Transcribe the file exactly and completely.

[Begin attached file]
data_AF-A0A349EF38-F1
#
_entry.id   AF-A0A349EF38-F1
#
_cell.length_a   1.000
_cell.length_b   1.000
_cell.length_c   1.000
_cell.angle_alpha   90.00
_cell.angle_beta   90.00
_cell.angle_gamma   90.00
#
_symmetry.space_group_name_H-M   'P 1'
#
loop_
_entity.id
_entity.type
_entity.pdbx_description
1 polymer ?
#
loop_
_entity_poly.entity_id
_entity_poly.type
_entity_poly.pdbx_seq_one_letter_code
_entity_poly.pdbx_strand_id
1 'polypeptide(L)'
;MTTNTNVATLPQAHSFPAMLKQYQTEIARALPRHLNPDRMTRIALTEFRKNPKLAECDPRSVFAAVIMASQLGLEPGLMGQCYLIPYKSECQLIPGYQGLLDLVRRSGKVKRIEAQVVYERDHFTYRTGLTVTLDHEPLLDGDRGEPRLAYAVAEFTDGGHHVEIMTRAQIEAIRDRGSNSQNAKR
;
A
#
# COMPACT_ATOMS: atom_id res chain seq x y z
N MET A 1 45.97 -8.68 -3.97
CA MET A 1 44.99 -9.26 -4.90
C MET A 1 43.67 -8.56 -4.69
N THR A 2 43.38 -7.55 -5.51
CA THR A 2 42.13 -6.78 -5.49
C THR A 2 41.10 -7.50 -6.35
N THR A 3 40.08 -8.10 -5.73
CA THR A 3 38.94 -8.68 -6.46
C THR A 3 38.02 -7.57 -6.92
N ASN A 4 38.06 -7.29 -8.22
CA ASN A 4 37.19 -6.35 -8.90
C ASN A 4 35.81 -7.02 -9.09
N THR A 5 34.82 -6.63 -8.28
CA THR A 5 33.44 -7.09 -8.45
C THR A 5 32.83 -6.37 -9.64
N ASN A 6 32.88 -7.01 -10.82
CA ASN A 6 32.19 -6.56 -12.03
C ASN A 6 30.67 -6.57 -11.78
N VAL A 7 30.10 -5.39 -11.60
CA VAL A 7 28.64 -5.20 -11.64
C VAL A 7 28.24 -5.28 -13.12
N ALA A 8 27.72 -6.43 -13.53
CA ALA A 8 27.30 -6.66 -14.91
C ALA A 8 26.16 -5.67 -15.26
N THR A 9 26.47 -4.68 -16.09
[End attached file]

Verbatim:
data_AF-A0A349EF38-F1
#
_entry.id   AF-A0A349EF38-F1
#
_cell.length_a   1.000
_cell.length_b   1.000
_cell.length_c   1.000
_cell.angle_alpha   90.00
_cell.angle_beta   90.00
_cell.angle_gamma   90.00
#
_symmetry.space_group_name_H-M   'P 1'
#
loop_
_entity.id
_entity.type
_entity.pdbx_description
1 polymer ?
#
loop_
_entity_poly.entity_id
_entity_poly.type
_entity_poly.pdbx_seq_one_letter_code
_entity_poly.pdbx_strand_id
1 'polypeptide(L)'
;MTTNTNVATLPQAHSFPAMLKQYQTEIARALPRHLNPDRMTRIALTEFRKNPKLAECDPRSVFAAVIMASQLGLEPGLMGQCYLIPYKSECQLIPGYQGLLDLVRRSGKVKRIEAQVVYERDHFTYRTGLTVTLDHEPLLDGDRGEPRLAYAVAEFTDGGHHVEIMTRAQIEAIRDRGSNSQNAKR
;
A
#
# COMPACT_ATOMS: atom_id res chain seq x y z
N MET A 1 45.97 -8.68 -3.97
CA MET A 1 44.99 -9.26 -4.90
C MET A 1 43.67 -8.56 -4.69
N THR A 2 43.38 -7.55 -5.51
CA THR A 2 42.13 -6.78 -5.49
C THR A 2 41.10 -7.50 -6.35
N THR A 3 40.08 -8.10 -5.73
CA THR A 3 38.94 -8.68 -6.46
C THR A 3 38.02 -7.57 -6.92
N ASN A 4 38.06 -7.29 -8.22
CA ASN A 4 37.19 -6.35 -8.90
C ASN A 4 35.81 -7.02 -9.09
N THR A 5 34.82 -6.63 -8.28
CA THR A 5 33.44 -7.09 -8.45
C THR A 5 32.83 -6.37 -9.64
N ASN A 6 32.88 -7.01 -10.82
CA ASN A 6 32.19 -6.56 -12.03
C ASN A 6 30.67 -6.57 -11.78
N VAL A 7 30.10 -5.39 -11.60
CA VAL A 7 28.64 -5.20 -11.64
C VAL A 7 28.24 -5.28 -13.12
N ALA A 8 27.72 -6.43 -13.53
CA ALA A 8 27.30 -6.66 -14.91
C ALA A 8 26.16 -5.67 -15.26
N THR A 9 26.47 -4.68 -16.09